Rules governing the hanging of posters and banners around campus appear to be enforced more strictly this semester, to the detriment of groups’ publicity efforts, students said.

But the rules have not changed from last year and are designed to give each campus group its share of public space to advertise, administrators said. The Universiy’s “Regulations for Student Activities and Extracurricular Activities” explain that the University “has made available appropriate space for postering and expects students to use this space and respect the inviolability of other University property. Other forms of publicity, such as banners, are not permitted on college or University gates.”

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“It’s not a crackdown,” Dean of Student Affairs Marichal Gentry said. “It’s people applying the rules that we have.”

According to the Dean’s Office, the policy aims to ensure that groups with designated spaces for postering have access to them and that kiosk advertisement space around campus is fairly allocated between groups. The regulations allow only one 8.5” by 11” flyer per event to be posted on each campus bulletin board.

Aesthetics also plays a role in the postering debate. Yale Recycling Head C.J. May, who is in charge of implementing many of the postering policies, said administrators are concerned with the appearance of poster-packed bulletin boards or banners hanging from every gate.

“Yale has a great, beautiful campus,” May said. “The Dean [of Student Affairs] wants to make sure that every organization has a chance to advertise without dragging down the aesthetics of the place.”

But students said they are worried that their ability to advertise events and meetings has been hampered in comparison to last year.

After Yale College Assistant Dean Edgar Letriz sent an e-mail alerting students to the rule against putting up banners on High Street Gate, members of the dance group Rhythmic Blue said they faced a difficult decision. With a publicity banner made up and ready to go, they decided not to risk the fines mentioned in the e-mail and canceled plans to hang it from the gate.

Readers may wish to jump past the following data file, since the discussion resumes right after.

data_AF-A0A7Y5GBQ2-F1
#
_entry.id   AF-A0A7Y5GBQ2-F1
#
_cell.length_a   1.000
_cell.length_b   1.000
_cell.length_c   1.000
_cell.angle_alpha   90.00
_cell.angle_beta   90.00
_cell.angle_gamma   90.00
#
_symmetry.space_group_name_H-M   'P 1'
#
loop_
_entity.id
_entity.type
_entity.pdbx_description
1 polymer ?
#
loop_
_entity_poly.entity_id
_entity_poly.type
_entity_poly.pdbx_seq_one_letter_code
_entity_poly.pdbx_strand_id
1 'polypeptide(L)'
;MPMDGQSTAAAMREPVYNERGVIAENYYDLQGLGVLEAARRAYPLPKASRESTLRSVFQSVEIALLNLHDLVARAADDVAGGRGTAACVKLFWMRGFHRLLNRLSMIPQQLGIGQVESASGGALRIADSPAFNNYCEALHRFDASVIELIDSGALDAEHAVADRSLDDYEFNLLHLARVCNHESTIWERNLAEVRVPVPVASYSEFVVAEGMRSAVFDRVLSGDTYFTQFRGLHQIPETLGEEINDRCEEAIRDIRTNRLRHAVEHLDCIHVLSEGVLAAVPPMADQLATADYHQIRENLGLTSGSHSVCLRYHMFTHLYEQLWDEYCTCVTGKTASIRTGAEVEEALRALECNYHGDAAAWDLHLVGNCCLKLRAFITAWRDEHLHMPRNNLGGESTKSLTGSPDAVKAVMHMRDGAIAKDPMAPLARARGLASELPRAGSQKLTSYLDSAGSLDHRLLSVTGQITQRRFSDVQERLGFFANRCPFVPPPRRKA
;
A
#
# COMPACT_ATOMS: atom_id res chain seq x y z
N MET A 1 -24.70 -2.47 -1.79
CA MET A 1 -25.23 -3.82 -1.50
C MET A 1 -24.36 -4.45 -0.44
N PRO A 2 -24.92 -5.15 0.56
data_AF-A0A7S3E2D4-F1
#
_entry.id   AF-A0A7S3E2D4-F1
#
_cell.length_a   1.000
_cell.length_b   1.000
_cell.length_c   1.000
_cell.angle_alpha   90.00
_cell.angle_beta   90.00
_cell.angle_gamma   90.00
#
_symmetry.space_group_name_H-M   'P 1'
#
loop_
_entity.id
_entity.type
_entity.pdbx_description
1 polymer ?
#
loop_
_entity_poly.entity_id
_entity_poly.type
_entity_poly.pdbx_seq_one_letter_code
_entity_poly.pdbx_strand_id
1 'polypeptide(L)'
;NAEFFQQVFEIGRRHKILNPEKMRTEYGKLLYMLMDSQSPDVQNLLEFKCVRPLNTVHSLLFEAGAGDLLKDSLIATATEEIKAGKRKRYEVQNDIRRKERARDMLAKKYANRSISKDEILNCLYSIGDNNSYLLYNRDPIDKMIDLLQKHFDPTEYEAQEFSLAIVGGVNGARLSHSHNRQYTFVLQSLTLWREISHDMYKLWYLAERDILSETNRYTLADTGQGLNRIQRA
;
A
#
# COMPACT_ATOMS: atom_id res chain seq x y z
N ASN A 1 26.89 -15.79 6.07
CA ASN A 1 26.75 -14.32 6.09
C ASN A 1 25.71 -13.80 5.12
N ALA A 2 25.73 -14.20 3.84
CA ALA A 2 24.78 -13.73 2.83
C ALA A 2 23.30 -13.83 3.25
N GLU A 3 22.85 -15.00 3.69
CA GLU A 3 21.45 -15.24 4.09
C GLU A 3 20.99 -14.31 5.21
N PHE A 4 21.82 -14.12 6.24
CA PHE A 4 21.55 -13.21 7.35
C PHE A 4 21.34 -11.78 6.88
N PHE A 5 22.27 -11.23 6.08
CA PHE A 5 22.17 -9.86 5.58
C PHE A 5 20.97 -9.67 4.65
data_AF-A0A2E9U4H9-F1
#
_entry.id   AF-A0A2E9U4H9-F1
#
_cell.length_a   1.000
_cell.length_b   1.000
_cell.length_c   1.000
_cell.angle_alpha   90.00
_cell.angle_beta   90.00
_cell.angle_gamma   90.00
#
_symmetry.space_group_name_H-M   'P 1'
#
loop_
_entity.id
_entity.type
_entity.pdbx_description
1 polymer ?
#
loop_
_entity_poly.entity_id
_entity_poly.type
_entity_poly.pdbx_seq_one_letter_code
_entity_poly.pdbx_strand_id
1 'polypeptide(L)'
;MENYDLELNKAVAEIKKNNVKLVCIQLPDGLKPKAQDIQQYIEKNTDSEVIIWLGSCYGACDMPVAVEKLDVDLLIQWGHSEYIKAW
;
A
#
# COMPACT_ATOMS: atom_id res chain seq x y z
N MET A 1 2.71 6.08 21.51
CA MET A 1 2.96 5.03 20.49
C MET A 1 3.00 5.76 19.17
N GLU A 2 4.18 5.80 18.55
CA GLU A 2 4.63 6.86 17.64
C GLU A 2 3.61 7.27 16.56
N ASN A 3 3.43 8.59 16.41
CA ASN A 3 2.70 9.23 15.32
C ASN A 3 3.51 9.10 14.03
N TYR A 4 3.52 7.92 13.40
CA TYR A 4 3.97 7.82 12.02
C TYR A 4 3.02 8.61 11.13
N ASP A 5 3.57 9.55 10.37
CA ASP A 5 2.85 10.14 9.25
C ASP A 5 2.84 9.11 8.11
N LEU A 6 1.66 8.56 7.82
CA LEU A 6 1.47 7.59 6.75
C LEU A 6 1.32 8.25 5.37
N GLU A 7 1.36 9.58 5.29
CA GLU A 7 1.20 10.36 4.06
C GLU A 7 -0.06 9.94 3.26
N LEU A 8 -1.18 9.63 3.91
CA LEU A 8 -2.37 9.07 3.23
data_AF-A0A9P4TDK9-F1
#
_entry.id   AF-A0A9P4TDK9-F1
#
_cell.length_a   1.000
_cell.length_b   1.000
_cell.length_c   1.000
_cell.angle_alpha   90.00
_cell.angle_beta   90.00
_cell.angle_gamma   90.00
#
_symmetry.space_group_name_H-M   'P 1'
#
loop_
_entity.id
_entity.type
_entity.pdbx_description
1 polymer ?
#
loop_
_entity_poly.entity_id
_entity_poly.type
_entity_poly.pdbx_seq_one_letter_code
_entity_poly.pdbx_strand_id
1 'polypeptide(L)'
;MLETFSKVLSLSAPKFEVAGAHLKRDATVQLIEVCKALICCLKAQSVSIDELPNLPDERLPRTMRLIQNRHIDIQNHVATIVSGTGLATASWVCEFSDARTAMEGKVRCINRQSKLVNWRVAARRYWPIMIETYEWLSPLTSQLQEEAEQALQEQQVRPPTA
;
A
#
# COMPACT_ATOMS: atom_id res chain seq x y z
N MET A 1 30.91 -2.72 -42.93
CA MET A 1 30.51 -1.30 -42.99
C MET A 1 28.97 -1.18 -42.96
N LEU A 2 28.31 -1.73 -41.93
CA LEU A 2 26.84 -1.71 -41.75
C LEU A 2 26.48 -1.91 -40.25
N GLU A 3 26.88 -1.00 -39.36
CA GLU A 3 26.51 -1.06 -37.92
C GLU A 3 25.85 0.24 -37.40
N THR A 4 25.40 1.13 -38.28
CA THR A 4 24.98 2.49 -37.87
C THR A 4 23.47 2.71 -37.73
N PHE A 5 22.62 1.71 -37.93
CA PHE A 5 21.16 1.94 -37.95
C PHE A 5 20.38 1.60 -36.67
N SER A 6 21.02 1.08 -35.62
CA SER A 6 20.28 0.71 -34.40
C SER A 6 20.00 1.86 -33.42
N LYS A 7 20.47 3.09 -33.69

“We honestly cannot afford to lose any money,” said RB Publicity Head Gabriele Betancourt-Martinez ’10 of the decision to forego the banner. “But that’s one of the main ways freshmen find out about events.”

Betancourt-Martinez said turnout at auditions was down markedly this year over last, and she attributed that decrease at least partly to the absence of an Old Campus banner.

Administrators have also contacted individual groups who hung banners or posters in violation of University policy. The week before the Vietnamese Student Association’s popular all-you-can-eat Pho Night, ViSA President Cecilia Ong ’09 received an e-mail from Yale College Assistant Dean Saveena Dhall.

“I wanted to let you know that Dean Letriz has informed me that a banner is hanging from one of the rooms in Trumbull College advertising Pho Night,” Dhall said in the e-mail. “This is not allowed. Please make sure that it is removed … right away.”

Ong appealed to keep the banner on the grounds that it was hanging from a ViSA member’s room, not from a gate, but her request was rebuffed.

“I understand the rationale for not wanting to give one group an unfair advantage over others,” Ong said, “But when I was a freshman and saw all these banners and flyers, I didn’t feel overwhelmed — I felt excited with all the opportunities. Yale loses some of its flavor, some of its appeal as a college, without that.”

May said administrators are considering permitting banners, but only if they can find a way to not have posters and banners detract from the campus’ visual appeal.

“One idea is to have a contest to see what is the most aesthetically pleasing way [of using banners],” said May. “Something like the slightly bent banners at Dunkin’ Donuts or a row of flags on Cross Campus could be beautiful and allow students to be more expressive.”